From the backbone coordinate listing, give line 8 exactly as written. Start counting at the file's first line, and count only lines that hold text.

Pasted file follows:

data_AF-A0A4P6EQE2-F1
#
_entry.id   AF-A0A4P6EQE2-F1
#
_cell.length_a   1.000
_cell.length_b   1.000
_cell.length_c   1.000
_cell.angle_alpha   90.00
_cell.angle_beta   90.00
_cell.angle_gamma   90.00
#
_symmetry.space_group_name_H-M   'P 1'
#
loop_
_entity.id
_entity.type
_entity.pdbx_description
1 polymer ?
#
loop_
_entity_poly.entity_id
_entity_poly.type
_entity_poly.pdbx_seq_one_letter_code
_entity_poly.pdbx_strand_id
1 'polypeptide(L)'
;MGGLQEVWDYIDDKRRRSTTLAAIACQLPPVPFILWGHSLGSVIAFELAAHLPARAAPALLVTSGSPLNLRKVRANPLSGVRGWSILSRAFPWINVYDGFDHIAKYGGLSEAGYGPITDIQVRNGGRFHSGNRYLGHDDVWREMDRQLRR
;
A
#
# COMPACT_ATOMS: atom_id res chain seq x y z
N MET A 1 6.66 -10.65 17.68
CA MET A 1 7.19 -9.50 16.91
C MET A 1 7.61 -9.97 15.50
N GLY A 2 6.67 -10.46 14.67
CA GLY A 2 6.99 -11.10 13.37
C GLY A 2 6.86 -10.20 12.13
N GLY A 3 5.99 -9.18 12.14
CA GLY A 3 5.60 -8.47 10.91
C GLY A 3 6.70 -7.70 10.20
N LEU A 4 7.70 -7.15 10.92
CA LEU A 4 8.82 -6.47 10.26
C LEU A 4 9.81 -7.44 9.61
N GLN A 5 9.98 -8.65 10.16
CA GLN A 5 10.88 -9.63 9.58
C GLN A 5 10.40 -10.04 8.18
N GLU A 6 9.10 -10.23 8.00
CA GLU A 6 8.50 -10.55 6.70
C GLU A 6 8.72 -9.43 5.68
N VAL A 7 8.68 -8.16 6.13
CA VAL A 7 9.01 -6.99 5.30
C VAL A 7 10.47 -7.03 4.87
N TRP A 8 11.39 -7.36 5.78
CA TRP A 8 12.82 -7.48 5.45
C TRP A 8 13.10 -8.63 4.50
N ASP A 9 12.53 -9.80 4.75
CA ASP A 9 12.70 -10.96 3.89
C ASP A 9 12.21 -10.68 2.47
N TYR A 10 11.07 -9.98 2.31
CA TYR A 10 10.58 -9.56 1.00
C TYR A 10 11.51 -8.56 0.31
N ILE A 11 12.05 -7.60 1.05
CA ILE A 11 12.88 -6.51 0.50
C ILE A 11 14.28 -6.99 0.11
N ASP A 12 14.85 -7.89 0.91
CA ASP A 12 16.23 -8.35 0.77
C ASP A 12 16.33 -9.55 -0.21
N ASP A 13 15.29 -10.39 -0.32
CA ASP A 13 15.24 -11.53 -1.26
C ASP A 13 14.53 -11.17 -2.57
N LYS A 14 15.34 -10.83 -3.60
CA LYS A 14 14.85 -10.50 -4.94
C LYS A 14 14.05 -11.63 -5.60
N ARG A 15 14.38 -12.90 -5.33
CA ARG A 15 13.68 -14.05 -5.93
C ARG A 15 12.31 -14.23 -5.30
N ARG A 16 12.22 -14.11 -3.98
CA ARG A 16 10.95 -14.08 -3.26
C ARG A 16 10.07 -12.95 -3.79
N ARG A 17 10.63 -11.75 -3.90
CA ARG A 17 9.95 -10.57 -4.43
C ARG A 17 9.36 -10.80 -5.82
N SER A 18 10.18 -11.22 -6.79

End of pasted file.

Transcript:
_cell.angle_alpha   90.00